Description

FIELD OF THE INVENTION

The present invention relates to an open-air parking shelter with photovoltaic elements.

BACKGROUND OF THE INVENTION

Outdoor open-air parking lots cover a significant amount of surface area. Oftentimes, an outdoor parking lot can cover 10 times the surface area of the building(s) which it services. This large, open-air surface area is exposed to massive amounts of solar radiation, and represents a significant opportunity for solar energy generation. As open-air parking lots currently exist, absent being able to charge parking fees, they generally serve as a revenue drain due to construction, maintenance, security lighting and upkeep costs.

The possibility of capturing the solar energy radiating on parking lots creates the possibility of offsetting their expenses, or even making them profit generating, while taking advantage of open-air space that already exists and is exposed to the sun. For example, adjacent buildings could use the generated electricity for its own purposes, thus saving costs that would be paid to a utility company; or some or all of the electricity could be sold to the utility company to generate revenue. Moreover, irrespective of the potential financial benefits, the ability to take advantage of this open-air space to generate electricity by solar cell technology is entirely environmentally positive. Specifically, the electricity generated will have no carbon emissions, and takes advantage of open-air space that already exists, thus avoiding intrusion into undeveloped areas, which is often the case with large solar cell farms.

Others have previously attempted to create parking shelters with solar cell technology to capture solar energy radiating onto an open-air parking lot. For example, see U.S. Pat. Nos. 7,285,719, and 7,531,741, and U.S. Patent Publication Nos. 2004/0065025 A1 and 2006/0207192 A1, each of which is incorporated herein by reference. Also, examples of other such structures are available from Envision Solar (see, www.envision.com/portfolio-services/solar-car-port). However, none of these approaches have seen wide-scale commercial adoption. These each have significant shortcomings. In particular, these designs use large flat canopy structures for supporting a large array of rigid solar panels. While this may effectively provide the solar energy generating functionality, such structures are poorly suited for use in an exposed outdoor environment. Specifically, such large flat canopy structures can create a significant amount of lift or downward force under high wind conditions. As such, the support structure and associated connections must be overdesigned to ensure sufficient stability and strength to withstand such forces. Also, in Northern regions, snow or ice may gather on these structures, significantly adding to their weight (these roof structures are also typically oriented at a specific angle to the sun creating limitations and concentrating water run-off to one end of the structure where it needs to be captured and diverted). This results in a structure that is significantly more expensive, and may also be aesthetically unsightly.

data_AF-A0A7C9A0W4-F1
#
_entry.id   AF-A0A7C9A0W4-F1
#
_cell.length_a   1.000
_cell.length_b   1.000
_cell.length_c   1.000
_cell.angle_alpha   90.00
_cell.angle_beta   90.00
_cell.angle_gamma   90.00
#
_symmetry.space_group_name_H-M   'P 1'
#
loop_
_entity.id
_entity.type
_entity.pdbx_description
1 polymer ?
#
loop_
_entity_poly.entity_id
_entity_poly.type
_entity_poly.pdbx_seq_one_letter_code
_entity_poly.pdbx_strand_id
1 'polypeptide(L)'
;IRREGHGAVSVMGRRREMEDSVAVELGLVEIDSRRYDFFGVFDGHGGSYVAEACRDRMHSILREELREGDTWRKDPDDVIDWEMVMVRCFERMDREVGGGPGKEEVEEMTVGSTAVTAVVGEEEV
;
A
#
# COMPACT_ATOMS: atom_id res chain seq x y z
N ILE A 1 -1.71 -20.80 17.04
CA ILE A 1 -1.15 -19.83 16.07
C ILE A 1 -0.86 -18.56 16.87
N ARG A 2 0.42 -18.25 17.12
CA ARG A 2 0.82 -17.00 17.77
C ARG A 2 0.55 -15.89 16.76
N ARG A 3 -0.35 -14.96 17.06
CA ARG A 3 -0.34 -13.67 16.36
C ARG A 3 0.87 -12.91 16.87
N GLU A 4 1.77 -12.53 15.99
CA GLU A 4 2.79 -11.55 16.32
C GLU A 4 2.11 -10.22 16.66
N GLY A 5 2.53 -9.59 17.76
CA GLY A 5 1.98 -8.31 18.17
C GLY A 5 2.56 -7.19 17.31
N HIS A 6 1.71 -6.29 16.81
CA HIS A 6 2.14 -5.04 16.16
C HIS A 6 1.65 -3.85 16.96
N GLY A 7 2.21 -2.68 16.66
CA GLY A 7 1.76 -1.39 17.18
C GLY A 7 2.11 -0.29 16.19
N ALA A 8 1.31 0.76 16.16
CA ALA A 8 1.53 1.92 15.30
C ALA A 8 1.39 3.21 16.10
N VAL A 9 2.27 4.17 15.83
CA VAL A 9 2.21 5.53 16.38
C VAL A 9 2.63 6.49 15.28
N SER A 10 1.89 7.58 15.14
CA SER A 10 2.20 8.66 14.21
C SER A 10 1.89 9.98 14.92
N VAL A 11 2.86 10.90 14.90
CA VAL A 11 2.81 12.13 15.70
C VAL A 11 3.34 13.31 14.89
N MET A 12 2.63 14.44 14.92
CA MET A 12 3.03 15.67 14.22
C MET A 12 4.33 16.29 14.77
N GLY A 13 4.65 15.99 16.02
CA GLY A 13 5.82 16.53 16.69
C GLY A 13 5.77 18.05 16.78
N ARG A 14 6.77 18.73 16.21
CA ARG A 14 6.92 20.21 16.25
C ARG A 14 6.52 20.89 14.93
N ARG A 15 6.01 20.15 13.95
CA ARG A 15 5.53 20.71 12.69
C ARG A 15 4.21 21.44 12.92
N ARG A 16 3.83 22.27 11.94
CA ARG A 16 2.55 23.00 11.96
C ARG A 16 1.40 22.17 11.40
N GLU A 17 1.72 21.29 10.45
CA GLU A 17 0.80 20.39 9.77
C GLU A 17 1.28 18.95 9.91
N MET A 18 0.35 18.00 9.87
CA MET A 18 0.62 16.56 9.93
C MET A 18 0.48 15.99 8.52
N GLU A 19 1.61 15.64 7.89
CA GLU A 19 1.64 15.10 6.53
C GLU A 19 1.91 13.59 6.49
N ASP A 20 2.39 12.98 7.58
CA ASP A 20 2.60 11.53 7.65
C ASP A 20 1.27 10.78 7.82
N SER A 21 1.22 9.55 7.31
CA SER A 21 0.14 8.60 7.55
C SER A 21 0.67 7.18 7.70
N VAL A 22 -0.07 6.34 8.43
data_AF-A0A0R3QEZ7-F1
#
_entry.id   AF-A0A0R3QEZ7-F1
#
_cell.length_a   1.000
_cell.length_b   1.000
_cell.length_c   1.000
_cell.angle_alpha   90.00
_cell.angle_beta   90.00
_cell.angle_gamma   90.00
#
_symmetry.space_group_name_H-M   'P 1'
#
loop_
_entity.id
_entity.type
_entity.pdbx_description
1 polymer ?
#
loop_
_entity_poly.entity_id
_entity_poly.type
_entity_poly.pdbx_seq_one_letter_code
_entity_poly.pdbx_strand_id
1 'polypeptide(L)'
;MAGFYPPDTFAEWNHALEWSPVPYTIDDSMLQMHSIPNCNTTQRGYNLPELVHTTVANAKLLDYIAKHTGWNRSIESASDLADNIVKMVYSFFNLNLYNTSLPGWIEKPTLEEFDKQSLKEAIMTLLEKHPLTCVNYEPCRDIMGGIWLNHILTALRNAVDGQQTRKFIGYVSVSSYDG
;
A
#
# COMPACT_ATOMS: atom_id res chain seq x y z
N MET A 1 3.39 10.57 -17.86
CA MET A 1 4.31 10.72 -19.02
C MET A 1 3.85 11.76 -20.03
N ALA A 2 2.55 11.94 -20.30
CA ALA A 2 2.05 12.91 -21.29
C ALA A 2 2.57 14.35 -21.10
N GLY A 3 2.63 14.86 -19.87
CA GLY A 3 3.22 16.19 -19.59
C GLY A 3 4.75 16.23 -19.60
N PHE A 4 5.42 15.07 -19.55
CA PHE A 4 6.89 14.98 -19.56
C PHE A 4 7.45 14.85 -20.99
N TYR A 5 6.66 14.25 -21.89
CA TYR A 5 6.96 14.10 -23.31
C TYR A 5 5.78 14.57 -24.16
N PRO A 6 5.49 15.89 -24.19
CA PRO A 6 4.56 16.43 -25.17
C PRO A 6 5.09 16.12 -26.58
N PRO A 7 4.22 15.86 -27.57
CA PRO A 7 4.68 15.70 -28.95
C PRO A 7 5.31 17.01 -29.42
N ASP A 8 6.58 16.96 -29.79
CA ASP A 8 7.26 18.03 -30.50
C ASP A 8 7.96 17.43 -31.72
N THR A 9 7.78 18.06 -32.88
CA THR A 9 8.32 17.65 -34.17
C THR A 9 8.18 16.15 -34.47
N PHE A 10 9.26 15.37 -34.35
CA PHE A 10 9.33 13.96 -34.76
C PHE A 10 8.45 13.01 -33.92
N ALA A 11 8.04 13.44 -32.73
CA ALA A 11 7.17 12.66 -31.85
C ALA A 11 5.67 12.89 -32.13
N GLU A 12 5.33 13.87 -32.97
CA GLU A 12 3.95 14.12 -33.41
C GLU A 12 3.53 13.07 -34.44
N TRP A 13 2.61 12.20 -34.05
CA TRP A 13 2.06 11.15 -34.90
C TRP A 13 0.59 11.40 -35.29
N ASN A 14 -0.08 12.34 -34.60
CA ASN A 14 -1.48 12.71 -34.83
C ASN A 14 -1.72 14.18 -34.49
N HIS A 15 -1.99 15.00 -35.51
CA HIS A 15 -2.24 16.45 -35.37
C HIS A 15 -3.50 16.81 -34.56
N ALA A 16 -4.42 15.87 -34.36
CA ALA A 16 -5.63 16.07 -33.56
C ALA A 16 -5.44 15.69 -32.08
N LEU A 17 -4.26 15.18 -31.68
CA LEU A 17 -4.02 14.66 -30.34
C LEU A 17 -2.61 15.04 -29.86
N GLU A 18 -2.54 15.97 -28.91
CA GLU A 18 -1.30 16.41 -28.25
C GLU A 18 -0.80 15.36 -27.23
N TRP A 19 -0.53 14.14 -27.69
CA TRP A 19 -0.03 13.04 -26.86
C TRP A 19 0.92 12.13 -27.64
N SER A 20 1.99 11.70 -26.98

Accordingly, the present inventor has recognized a long-felt but unresolved need for an improved open-air parking shelter that functions to effectively capture solar radiation for conversion to electricity, yet has a structural design that better manages airflow due to high winds and prevents the accumulation of precipitation.

SUMMARY OF THE INVENTION

One aspect of the invention provides open-air parking shelter comprising a canopy structure, photovoltaic elements, a power output, and a support structure. The canopy structure comprises a plurality of elongated shading members arranged in spaced apart relation. The spaced apart relation permits airflow between the elongated members. The photovoltaic elements are provided on the elongated shading members for receiving solar radiation and converting the solar radiation to electricity. The power output is coupled to each of the photovoltaic elements for outputting the electricity converted by the photovoltaic elements. The support structure is provided for supporting the canopy structure in spaced relation above a ground surface.